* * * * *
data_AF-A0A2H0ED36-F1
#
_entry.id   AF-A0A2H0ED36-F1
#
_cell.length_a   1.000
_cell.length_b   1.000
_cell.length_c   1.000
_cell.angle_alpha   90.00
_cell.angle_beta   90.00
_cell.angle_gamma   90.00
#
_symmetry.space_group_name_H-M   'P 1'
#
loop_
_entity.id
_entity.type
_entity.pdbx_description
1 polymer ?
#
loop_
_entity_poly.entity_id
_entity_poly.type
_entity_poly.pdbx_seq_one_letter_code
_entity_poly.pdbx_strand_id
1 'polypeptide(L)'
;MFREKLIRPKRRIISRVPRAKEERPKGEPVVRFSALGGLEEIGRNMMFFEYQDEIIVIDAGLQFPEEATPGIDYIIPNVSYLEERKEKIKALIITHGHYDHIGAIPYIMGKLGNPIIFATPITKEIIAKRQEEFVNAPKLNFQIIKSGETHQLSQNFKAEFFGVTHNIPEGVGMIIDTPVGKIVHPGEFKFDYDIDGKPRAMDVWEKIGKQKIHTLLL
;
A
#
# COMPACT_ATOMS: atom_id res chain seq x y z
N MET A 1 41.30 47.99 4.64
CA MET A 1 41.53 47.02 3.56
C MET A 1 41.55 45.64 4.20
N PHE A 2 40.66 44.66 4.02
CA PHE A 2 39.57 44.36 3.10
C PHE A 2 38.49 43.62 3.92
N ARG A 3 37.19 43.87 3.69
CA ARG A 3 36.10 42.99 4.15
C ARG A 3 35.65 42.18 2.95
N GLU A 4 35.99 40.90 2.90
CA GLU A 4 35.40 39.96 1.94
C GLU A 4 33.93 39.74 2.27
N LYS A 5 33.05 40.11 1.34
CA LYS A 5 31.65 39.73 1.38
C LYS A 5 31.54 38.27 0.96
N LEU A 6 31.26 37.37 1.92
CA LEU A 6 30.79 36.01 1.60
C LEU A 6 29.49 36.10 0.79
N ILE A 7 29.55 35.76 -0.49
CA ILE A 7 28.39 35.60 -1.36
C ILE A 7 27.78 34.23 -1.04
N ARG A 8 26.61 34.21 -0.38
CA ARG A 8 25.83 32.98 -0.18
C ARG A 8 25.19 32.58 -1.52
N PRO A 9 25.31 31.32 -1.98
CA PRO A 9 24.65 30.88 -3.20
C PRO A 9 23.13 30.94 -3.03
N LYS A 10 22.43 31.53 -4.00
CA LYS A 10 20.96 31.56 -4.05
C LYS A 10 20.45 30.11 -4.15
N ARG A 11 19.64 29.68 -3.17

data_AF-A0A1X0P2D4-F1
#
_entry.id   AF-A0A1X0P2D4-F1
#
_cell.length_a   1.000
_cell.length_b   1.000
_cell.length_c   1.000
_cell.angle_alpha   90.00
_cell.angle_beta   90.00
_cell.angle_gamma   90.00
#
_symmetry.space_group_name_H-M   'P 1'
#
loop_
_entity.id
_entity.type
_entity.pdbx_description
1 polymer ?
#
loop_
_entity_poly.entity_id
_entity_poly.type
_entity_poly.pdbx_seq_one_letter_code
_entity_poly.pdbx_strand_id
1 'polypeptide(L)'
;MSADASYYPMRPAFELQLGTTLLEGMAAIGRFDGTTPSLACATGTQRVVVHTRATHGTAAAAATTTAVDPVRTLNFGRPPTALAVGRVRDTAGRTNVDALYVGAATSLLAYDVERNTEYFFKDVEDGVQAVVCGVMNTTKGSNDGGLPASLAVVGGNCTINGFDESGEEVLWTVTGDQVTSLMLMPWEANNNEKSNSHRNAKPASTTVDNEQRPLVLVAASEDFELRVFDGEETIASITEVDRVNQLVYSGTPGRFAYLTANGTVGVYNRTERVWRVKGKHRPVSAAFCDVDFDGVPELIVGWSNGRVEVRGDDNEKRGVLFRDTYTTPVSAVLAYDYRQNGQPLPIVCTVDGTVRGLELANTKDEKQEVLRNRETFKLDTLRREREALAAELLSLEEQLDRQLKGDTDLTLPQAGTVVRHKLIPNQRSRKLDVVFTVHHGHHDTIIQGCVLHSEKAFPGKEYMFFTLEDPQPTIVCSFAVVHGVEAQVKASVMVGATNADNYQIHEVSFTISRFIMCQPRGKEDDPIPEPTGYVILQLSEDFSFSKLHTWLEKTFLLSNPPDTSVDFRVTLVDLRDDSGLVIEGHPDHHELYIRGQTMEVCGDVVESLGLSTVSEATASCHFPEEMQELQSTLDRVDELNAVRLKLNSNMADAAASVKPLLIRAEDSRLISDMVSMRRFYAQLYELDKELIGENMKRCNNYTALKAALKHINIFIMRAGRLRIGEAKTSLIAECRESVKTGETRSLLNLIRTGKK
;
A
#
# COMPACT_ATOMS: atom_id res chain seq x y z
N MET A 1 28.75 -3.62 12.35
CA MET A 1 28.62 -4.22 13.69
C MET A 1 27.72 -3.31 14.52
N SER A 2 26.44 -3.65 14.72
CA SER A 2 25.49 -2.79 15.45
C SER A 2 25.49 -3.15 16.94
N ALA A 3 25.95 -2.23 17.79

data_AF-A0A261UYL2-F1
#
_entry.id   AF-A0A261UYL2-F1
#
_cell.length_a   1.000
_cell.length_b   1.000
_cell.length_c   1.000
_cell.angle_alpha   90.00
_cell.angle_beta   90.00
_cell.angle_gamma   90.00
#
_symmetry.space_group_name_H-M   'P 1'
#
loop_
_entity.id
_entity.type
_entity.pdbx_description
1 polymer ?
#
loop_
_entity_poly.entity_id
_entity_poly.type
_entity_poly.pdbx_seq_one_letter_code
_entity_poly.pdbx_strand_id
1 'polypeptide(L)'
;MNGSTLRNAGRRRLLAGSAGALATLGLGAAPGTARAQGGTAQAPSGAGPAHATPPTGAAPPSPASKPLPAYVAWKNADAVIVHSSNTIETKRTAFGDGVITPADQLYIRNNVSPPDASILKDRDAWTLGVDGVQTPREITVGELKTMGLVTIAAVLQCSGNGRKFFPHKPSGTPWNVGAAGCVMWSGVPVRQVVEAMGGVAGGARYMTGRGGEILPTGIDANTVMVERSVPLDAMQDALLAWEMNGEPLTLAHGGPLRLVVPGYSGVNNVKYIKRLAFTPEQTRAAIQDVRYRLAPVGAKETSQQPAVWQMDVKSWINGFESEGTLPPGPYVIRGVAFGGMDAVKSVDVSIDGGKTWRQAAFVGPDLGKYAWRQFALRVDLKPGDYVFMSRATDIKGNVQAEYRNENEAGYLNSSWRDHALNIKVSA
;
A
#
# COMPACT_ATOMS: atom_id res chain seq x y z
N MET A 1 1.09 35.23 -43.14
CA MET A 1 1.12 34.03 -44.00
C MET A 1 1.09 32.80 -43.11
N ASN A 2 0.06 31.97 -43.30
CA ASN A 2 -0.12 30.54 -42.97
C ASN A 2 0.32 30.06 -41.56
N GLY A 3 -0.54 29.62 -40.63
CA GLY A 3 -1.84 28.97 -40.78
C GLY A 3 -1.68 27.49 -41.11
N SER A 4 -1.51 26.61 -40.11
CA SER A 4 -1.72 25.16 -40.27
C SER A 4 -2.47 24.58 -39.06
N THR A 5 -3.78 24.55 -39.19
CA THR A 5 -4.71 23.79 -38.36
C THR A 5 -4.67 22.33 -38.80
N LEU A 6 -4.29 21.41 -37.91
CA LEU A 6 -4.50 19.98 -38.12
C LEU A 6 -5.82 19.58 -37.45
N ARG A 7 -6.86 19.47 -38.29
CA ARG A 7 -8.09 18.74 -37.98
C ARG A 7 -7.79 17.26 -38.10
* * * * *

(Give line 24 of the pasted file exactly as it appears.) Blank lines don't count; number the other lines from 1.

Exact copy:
_entity_poly.pdbx_strand_id